The challenge for teachers is ensuring the problems they set are designed to support mathematics learning and are appropriate and challenging for all students.
The problems need to be difficult enough to provide a challenge but not so difficult that students can’t succeed.
It is through talking about problems and discussing their ideas that children construct knowledge and acquire the language to make sense of experiences.
Students acquire their understanding of mathematics and develop problem-solving skills as a result of solving problems, rather than being taught something directly (Hiebert1997).
Those students who think math is all about the “correct” answer will need support and encouragement to take risks.
Tolerance of difficulty is essential in a problem-solving disposition because being “stuck” is an inevitable stage in resolving just about any problem.
These include recognition of the developmental aspects of learning and the essential fact that students actively engage in learning mathematics through Children arrive at school with intuitive mathematical understandings.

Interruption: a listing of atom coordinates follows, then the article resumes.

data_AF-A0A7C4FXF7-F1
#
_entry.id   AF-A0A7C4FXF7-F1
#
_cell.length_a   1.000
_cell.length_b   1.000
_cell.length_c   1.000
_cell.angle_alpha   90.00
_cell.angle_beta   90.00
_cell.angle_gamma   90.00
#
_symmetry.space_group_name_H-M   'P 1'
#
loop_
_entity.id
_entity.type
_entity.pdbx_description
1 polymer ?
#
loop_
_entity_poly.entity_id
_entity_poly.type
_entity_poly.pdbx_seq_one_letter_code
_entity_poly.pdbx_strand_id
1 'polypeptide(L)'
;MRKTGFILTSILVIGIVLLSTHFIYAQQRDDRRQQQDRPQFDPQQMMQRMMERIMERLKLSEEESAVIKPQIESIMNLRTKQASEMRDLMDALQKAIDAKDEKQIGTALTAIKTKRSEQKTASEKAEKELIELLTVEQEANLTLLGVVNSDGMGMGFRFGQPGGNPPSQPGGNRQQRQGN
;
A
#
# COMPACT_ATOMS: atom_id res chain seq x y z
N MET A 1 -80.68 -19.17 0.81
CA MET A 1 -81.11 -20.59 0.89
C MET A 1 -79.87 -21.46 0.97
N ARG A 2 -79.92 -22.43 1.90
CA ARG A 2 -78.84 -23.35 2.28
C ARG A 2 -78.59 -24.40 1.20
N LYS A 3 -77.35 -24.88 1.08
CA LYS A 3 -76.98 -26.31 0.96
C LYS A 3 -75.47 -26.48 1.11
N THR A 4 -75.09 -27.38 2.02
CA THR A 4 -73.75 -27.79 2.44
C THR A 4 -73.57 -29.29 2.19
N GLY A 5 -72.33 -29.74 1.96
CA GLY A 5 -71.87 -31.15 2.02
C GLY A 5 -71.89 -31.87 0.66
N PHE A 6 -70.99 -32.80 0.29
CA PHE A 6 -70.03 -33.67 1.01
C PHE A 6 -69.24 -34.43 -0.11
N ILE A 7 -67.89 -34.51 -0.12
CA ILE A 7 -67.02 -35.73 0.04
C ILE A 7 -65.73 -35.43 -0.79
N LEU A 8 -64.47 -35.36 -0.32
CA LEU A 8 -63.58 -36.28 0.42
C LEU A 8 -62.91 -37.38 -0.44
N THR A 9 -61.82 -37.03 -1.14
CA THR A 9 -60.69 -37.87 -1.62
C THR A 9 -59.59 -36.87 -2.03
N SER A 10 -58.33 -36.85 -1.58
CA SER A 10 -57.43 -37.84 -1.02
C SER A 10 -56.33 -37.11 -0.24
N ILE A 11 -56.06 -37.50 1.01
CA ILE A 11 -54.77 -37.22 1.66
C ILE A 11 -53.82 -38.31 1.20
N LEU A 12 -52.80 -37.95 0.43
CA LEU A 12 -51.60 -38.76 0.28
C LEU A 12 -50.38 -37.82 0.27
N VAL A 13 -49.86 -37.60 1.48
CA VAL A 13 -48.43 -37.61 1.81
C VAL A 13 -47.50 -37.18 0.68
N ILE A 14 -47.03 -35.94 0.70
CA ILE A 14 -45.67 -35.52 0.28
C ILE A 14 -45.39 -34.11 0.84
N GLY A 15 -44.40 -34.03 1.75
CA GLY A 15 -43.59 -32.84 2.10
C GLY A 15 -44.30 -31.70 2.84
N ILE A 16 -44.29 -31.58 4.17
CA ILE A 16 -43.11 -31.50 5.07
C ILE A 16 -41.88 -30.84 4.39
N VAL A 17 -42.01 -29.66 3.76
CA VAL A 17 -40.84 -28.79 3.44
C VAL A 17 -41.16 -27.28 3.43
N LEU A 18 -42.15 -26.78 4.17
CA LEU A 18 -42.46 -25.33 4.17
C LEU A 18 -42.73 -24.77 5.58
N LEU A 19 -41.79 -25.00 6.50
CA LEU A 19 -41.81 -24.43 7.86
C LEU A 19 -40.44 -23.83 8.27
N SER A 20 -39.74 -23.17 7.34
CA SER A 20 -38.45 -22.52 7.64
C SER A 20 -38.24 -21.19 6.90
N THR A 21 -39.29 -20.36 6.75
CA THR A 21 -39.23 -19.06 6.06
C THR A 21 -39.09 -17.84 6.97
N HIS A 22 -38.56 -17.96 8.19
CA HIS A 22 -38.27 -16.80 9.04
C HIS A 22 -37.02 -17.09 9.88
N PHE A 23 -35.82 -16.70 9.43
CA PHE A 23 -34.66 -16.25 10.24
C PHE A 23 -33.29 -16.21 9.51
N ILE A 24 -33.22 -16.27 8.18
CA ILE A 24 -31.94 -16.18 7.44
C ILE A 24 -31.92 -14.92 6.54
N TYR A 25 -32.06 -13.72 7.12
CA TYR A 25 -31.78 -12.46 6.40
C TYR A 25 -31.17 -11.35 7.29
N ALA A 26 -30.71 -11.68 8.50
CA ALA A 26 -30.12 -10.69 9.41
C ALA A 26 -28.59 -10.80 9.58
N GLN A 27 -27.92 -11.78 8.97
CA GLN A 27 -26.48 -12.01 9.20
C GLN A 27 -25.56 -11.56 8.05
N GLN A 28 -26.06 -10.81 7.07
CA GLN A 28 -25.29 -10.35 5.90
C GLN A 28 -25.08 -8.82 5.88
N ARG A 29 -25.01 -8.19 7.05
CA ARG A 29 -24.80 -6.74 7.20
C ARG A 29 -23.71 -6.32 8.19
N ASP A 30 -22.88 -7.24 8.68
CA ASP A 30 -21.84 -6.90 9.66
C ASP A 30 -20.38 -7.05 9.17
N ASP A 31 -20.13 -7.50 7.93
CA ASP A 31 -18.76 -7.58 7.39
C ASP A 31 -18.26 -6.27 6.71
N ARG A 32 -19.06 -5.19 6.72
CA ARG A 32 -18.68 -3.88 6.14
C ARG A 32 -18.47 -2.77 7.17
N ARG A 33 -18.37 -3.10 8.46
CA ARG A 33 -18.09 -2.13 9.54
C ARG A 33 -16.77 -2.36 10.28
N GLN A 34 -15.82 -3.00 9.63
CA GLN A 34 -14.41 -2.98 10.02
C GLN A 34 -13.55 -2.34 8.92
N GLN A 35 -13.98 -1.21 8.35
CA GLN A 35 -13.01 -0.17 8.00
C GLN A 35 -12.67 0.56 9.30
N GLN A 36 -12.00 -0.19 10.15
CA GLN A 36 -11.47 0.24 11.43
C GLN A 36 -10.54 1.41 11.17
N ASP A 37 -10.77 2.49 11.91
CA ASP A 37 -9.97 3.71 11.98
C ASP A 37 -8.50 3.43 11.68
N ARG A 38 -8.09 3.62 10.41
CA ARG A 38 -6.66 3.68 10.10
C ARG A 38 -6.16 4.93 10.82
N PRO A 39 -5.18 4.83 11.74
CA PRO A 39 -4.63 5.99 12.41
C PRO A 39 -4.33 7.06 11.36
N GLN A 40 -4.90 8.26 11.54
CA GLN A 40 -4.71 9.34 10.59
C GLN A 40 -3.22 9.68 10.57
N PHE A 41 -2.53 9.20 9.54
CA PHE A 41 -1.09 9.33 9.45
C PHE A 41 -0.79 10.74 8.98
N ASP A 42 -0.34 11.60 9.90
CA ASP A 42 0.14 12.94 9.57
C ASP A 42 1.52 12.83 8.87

A teacher needs to connect with and build on those understandings through experiences that allow students to explore mathematics and to communicate their ideas in a meaningful dialogue with the teacher and their peers.
Mathematics education is important not only because of the “gatekeeping role that mathematics plays in students’ access to educational and economic opportunities,” but also because the problem-solving processes and the acquisition of problem-solving strategies equips students for life beyond school (Cobb, & Hodge, 2002).
The importance of problem-solving in learning mathematics comes from the belief that mathematics is primarily about reasoning, not memorization.